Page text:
Can you work out how many cubes were used to make this open box? What size of open box could you make if you had 112 cubes?
What is the best way to shunt these carriages so that each train can continue its journey?
This problem is based on the story of the Pied Piper of Hamelin. Investigate the different numbers of people and rats there could have been if you know how many legs there are altogether!
How many DIFFERENT quadrilaterals can be made by joining the dots on the 8-point circle?
There are 4 jugs which hold 9 litres, 7 litres, 4 litres and 2 litres. Find a way to pour 9 litres of drink from one jug to another until you are left with exactly 3 litres in three of the jugs.
This magic square has operations written in it, to make it into a maze. Start wherever you like, go through every cell and go out a total of 15!
Add the sum of the squares of four numbers between 10 and 20 to the sum of the squares of three numbers less than 6 to make the square of another, larger, number.
Swap the stars with the moons, using only knights' moves (as on a chess board). What is the smallest number of moves possible?
Let's say you can only use two different lengths - 2 units and 4 units. Using just these 2 lengths as the edges how many different cuboids can you make?
Can you use this information to work out Charlie's house number?
Mr McGregor has a magic potting shed. Overnight, the number of plants in it doubles. He'd like to put the same number of plants in each of three gardens, planting one garden each day. Can he do it?
Use the interactivity to find all the different right-angled triangles you can make by just moving one corner of the starting triangle.
This problem is based on a code using two different prime numbers less than 10. You'll need to multiply them together and shift the alphabet forwards by the result. Can you decipher the code?
An activity making various patterns with 2 x 1 rectangular tiles.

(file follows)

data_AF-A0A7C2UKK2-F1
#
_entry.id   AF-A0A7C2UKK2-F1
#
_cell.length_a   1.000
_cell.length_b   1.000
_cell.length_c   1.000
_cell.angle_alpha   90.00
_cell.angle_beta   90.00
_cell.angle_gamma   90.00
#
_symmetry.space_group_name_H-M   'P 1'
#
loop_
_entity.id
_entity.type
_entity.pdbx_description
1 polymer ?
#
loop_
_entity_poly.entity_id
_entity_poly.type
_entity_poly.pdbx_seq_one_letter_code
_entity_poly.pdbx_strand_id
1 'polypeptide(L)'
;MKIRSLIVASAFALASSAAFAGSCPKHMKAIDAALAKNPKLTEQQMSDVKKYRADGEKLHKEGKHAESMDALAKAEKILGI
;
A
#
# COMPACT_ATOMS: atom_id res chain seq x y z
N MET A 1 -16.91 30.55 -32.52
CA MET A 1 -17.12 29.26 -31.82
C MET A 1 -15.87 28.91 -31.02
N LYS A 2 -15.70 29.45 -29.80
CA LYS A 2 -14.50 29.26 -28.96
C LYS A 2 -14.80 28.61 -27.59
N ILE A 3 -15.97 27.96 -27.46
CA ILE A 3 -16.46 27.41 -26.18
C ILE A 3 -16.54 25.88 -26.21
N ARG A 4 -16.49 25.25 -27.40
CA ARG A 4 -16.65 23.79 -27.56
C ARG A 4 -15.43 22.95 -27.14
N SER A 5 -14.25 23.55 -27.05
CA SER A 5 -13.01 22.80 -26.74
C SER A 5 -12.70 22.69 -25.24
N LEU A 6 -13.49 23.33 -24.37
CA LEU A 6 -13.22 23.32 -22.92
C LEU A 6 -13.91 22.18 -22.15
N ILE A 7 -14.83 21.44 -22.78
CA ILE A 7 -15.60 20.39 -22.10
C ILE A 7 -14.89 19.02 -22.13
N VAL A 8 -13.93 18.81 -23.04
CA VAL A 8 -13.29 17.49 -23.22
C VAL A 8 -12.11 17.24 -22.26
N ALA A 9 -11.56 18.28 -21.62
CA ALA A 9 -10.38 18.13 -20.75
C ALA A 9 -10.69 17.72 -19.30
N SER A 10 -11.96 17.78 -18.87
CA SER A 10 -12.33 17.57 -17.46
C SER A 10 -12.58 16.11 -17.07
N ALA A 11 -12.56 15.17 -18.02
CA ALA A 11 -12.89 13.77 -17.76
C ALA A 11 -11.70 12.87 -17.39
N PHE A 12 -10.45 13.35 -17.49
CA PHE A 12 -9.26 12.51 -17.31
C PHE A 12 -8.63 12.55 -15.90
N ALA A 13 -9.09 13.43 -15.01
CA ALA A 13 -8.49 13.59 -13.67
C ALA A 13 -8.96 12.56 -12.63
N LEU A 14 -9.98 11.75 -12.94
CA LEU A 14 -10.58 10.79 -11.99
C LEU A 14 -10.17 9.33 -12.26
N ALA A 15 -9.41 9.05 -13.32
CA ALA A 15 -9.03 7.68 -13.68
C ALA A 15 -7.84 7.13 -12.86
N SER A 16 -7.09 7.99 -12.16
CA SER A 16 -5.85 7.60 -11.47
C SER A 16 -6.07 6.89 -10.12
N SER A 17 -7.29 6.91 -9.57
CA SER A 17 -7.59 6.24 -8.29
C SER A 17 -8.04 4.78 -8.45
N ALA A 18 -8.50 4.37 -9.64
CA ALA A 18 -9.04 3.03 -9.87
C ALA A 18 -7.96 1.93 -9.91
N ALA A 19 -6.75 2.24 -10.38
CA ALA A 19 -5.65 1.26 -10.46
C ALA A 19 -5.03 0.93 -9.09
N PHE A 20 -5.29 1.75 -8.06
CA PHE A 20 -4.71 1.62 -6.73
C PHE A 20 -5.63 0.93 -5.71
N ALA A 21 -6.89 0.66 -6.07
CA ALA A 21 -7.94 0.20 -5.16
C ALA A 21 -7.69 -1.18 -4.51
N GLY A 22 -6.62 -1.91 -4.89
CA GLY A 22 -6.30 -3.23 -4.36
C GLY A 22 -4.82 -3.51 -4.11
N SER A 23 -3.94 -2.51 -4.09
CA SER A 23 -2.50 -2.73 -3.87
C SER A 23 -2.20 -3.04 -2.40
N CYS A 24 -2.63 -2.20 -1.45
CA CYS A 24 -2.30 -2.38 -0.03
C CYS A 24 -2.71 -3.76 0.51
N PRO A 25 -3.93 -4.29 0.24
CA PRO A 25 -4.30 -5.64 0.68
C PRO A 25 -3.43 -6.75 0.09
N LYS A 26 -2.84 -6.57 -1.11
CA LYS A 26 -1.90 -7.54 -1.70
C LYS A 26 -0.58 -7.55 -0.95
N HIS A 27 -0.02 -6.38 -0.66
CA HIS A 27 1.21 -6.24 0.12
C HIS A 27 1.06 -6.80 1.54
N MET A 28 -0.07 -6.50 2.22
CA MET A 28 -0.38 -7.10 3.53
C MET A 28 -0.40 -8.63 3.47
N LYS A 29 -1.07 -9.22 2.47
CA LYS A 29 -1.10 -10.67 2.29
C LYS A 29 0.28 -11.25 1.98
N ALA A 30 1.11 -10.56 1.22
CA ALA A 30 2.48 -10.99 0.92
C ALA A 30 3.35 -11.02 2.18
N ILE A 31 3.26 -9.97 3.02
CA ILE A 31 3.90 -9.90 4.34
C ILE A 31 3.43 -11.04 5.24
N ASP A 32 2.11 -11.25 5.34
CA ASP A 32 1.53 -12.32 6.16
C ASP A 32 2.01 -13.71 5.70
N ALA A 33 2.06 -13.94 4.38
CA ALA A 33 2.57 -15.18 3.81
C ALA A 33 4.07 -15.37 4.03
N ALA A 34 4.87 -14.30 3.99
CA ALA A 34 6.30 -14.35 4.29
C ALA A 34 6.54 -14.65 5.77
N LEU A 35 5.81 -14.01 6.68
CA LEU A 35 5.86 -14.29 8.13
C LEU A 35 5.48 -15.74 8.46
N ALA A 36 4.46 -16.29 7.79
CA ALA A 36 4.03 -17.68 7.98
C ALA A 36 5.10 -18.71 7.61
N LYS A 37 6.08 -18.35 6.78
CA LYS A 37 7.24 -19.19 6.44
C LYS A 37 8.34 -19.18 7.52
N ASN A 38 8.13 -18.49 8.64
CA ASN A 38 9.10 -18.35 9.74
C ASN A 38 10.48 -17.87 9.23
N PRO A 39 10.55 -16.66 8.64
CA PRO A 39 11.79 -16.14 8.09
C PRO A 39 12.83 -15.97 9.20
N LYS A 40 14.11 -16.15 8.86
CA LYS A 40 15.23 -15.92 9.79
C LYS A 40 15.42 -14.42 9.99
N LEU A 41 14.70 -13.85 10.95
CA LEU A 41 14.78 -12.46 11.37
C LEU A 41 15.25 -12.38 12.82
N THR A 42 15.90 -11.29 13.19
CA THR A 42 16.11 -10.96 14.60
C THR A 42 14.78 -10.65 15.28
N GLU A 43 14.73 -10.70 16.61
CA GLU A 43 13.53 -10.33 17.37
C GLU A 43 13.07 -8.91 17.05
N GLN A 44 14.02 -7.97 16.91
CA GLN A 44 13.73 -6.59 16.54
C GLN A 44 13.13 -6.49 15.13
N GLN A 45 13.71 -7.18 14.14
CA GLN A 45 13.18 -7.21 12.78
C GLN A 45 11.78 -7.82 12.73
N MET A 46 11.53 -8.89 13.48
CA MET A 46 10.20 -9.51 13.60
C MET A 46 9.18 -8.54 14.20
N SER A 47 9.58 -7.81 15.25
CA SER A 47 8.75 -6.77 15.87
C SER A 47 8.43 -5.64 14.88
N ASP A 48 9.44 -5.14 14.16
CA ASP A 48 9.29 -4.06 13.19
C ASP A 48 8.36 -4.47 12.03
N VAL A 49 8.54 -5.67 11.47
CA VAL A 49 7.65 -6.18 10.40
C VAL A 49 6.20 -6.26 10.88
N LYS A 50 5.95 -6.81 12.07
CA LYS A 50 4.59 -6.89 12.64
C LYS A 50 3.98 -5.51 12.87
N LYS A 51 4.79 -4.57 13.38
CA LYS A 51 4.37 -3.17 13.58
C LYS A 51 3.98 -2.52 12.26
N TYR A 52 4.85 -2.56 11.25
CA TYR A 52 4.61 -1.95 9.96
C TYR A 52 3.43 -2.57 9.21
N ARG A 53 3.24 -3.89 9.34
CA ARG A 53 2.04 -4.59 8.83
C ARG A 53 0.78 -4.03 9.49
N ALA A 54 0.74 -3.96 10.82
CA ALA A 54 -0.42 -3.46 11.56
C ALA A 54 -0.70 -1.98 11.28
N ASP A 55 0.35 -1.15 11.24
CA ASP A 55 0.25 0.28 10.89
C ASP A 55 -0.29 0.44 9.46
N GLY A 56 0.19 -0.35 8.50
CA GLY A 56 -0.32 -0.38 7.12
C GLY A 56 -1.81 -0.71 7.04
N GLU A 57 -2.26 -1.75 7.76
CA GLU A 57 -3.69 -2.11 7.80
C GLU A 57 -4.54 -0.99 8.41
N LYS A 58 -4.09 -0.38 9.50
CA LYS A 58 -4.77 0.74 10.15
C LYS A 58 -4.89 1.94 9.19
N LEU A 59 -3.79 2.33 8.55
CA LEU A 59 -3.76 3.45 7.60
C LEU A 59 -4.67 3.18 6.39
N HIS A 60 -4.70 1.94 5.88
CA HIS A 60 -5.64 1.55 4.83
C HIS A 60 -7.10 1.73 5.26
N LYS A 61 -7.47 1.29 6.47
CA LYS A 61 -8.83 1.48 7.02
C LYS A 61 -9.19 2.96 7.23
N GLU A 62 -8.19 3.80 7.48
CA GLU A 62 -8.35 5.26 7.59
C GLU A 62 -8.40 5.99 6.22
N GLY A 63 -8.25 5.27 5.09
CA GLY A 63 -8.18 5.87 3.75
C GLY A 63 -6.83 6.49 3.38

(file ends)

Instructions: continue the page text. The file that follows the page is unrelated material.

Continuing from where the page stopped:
This 100 square jigsaw is written in code. It starts with 1 and ends with 100. Can you build it up?
There are 78 prisoners in a square cell block of twelve cells. The clever prison warder arranged them so there were 25 along each wall of the prison block. How did he do it?
Make your own double-sided magic square. But can you complete both sides once you've made the pieces?
Can you make dice stairs using the rules stated? How do you know you have all the possible stairs?
The discs for this game are kept in a flat square box with a square hole for each. Use the information to find out how many discs of each colour there are in the box.
How many different ways can you find of fitting five hexagons together? How will you know you have found all the ways?
How many models can you find which obey these rules?
This cube has ink on each face which leaves marks on paper as it is rolled. Can you work out what is on each face and the route it has taken?
Try out the lottery that is played in a far-away land. What is the chance of winning?
Can you arrange the numbers 1 to 17 in a row so that each adjacent pair adds up to a square number?
This task, written for the National Young Mathematicians' Award 2016, invites you to explore the different combinations of scores that you might get on these dart boards.
When I fold a 0-20 number line, I end up with 'stacks' of numbers on top of each other. These challenges involve varying the length of the number line and investigating the 'stack totals'.